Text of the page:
Matthew Brimer

Matthew Brimer

Co-founder, Daybreaker
Hard partying and late-night substance abuse go together like, well, sex, drugs and rock & roll, but Matthew Brimer is out to break that link. "There's already nightlife, but where is the morning life?" he asks. Hence, Daybreaker, an early morning, alcohol-free dance party that "aims to transform both your physical and mental well-being." The bar is stocked with coffee and juice, and the music is a mixture of local DJs and live bands. Hula hoops, dancing carrots and dudes in the corner writing free haikus have also been known to appear. Since Daybreaker's first party in New York City in 2013, Brimer has added events in San Francisco, Los Angeles, Austin, Atlanta, London, São Paulo and Tel Aviv – and more are on the way.

"People have been dancing and engaging in participatory music experiences in communities for thousands of years, and in many ways modern nightlife has lost a lot of what I think is so important and powerful when it comes to music and dance," says Brimer, who, in case it wasn't apparent from that sentence, was a sociology major at Yale. "I'm convinced that we're just on the tip of the iceberg as a society when it comes to how people connect with each other in real life, getting them off their digital devices and being humans together."

Imogene Strauss

Imogene Strauss

Co-founder, Cool Managers
Some people just seem fated to be cooler than the rest of us; such is life for Imogene Strauss, daughter of legendary New York City DJ and producer Justin Strauss. After graduating from college in 2011, Strauss started interning at MoMA PS1 and by the fall had been hired to produce Kraftwerk at MoMA, among other music commissions. (She still consults for PS1's trendsetting Warm Up summer music series.) At the time, she was also working in management, handling day-to-day for Solange Knowles and Devonté Hynes. In 2013, she decided to strike out on her own and co-founded Cool Managers, with Knowles, Hynes (as Blood Orange) and Majical Cloudz as its first clients. The current roster includes the latter two along with Dawn Richard, Tim Hecker, Dubbel Dutch, Nguzunguzu, Ian Isiah and Feral.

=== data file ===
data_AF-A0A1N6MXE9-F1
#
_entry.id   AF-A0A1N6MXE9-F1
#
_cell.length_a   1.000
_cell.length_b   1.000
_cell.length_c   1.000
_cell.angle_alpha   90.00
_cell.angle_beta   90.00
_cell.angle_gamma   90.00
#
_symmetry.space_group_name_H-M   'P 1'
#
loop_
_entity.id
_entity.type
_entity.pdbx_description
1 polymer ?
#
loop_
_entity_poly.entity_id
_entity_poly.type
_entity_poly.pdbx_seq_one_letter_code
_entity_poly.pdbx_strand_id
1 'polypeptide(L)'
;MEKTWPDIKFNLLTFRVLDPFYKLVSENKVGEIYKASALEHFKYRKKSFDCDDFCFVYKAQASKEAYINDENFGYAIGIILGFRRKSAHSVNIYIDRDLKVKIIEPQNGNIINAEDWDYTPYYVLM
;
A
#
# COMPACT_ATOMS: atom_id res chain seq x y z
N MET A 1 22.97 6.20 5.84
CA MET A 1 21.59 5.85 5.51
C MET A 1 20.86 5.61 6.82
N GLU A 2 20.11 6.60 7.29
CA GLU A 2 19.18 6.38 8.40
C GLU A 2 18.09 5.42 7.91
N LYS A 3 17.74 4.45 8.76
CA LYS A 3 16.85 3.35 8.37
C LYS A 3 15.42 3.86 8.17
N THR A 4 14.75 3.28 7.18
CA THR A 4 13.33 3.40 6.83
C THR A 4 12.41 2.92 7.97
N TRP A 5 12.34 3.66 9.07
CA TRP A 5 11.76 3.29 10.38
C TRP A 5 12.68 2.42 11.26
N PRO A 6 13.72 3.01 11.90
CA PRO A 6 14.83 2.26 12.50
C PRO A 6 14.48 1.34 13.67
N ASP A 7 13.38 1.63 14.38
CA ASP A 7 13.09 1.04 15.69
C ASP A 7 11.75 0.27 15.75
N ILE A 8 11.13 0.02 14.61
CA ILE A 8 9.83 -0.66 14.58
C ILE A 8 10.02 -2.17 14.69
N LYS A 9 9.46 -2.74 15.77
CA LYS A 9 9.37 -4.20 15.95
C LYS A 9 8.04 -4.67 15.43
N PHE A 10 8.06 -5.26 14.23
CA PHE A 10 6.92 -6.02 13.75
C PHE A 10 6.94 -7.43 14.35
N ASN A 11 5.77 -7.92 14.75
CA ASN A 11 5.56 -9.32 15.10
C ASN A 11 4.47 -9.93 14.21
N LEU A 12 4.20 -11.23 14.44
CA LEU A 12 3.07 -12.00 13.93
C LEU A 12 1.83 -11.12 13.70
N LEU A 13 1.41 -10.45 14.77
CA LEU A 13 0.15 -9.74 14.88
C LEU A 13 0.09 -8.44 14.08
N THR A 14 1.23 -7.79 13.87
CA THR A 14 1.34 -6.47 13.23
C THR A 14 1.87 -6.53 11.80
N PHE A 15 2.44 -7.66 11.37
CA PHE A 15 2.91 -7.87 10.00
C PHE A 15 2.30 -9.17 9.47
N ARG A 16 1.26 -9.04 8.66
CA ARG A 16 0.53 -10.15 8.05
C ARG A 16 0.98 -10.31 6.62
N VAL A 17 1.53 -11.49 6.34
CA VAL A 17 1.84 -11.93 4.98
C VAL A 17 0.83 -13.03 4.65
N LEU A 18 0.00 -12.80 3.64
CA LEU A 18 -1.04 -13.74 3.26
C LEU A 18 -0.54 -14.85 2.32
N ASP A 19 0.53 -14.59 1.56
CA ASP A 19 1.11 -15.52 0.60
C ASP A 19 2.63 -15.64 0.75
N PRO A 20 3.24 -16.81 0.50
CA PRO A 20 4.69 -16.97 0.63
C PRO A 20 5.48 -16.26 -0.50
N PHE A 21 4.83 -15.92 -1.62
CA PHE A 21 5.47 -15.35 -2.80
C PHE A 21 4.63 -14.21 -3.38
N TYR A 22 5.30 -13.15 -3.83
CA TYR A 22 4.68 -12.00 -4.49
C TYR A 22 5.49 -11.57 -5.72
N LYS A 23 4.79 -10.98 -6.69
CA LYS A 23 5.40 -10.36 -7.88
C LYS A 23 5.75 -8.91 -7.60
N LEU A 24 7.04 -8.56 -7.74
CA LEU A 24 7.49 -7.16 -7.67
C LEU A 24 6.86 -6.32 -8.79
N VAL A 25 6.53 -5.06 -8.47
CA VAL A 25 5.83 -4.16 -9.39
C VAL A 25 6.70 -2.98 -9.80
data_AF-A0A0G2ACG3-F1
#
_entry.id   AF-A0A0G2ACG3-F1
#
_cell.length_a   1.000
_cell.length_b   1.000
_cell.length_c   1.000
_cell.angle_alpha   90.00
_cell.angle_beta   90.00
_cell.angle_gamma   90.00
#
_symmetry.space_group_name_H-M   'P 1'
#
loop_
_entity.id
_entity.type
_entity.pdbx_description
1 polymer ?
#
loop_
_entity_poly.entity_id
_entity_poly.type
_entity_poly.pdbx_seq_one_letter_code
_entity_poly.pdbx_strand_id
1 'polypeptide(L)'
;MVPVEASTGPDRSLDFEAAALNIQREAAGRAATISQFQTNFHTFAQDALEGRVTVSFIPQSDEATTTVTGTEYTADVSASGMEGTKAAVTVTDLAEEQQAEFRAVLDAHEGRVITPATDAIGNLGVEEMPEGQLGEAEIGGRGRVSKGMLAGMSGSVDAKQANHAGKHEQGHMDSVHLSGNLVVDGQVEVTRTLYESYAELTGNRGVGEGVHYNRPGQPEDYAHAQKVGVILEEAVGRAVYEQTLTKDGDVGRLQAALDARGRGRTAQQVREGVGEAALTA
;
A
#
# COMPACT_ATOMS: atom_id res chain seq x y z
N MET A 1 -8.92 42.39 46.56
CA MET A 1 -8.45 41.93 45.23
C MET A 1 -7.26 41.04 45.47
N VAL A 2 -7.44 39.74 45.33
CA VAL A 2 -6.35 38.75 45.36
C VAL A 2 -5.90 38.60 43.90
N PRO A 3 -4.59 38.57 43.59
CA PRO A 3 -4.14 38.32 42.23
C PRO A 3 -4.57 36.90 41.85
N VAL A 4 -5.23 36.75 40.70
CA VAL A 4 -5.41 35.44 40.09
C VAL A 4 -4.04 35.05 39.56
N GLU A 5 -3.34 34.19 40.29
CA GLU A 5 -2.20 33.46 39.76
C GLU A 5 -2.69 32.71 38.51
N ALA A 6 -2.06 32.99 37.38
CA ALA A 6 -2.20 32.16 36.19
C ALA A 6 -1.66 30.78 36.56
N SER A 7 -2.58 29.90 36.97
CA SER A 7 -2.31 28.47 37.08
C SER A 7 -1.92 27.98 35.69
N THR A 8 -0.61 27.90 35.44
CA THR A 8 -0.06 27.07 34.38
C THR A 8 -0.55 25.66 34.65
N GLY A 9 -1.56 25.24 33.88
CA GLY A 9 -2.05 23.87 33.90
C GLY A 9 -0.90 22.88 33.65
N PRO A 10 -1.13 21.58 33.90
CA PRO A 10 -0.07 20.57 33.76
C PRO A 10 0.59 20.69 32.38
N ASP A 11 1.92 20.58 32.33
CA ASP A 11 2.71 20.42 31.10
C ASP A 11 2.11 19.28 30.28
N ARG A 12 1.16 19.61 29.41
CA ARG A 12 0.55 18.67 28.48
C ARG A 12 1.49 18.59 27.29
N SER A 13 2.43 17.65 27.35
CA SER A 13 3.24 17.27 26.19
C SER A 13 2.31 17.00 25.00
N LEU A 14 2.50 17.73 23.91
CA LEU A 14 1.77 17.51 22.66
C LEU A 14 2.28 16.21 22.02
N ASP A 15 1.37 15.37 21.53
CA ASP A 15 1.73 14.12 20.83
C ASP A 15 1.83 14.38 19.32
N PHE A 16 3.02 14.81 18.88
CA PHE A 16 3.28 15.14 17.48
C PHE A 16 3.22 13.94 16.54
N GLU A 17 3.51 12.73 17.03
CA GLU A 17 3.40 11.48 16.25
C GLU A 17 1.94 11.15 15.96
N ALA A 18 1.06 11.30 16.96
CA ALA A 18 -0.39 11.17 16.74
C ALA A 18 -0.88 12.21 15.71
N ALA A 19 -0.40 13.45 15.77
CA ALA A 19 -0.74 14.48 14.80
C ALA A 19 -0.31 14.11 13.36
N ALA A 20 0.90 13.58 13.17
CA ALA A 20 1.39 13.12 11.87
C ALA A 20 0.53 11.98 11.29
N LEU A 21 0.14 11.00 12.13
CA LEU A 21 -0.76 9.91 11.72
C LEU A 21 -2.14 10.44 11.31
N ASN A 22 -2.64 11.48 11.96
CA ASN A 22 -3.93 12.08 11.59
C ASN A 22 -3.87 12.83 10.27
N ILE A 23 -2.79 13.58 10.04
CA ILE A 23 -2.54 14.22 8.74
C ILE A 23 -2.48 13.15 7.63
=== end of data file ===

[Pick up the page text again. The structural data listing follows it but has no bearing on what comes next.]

"I wanted to be able to work in a way that better suited the artists I worked with," the young tastemaker says. "My goal is always to help visionary artists do things their way and make a living doing it."           

Myles Shear

Myles Shear

Manager (Kygo, Thomas Jack, Riff Raff); Co-founder, EDM Sauce
Myles Shear studied music production at Full Sail University, and his career has zipped along at full sail ever since. At 19, he co-founded popular music publication EDM Sauce – which was named the Number 13 Most Influential Music Blog in the World by Style of Sound last year – and, partly through running that, he became aware of an Australian artist named Thomas Jack. An immediate fan, Shear got him to come to Florida and booked him a tour. "[Jack] actually came and lived with me, in my college dorm, on my futon," he says.

Through Jack, Shear learned about then-unknown Norwegian DJ and producer Kygo, whom he reached out to and started managing. Less than two years later, Kygo's remix of Ed Sheeran's "I See Fire" has 26 million plays on Soundcloud, and Chris Martin has asked him to create a remix for Coldplay. When we spoke with Shear, the phone line buzzed with the background sound of Kygo's entire family hanging at Shear's home fresh after the musician's performance at Miami's Ultra Music Festival. "It's kind of crazy how this all started with being involved in blogs," says Shear.

The EDM power player was also high off the success of signing a deal for Thomas Jack to host a monthly tropical house show on iHeartRadio. He believes that "next level marketing" is the future of the industry. "I'm constantly thinking, 'What am I gonna do [for my artists] tomorrow?' OK – so and so on the Kardashians, or whatever," Shears says. "Constantly thinking of ways for people to pay attention to artists is a huge challenge, [but that's what] the music industry will be revolving around."

Jordan Passman

Jordan Passman

Founder, ScoreAScore
Once upon a time, starving composers looking for work had to brave the wilds of Craigslist, a lawless land of unverified identities and unpaid bills. Now, they – and the companies who seek them – can turn to ScoreAScore, an online marketplace for music, voiceovers and sound design. The site was launched by then-22-year-old Jordan Passman in 2009 out of his parents' Los Angeles house. Today, the company reports 2014 revenue of $1.3 million and boasts clients ranging from Netflix and Nokia to Nintendo and NBC.

Passman believes that technology will continue to shape the music industry and that the future is bright. "There will be more music creators, more listeners, more ways to discover talent, and more platforms for interaction between members of the musical community," he enthuses. "The 'A-list' artists may not earn as much as they did during the golden age of music, [but] I think there will be more artists making a living via the industry than ever before."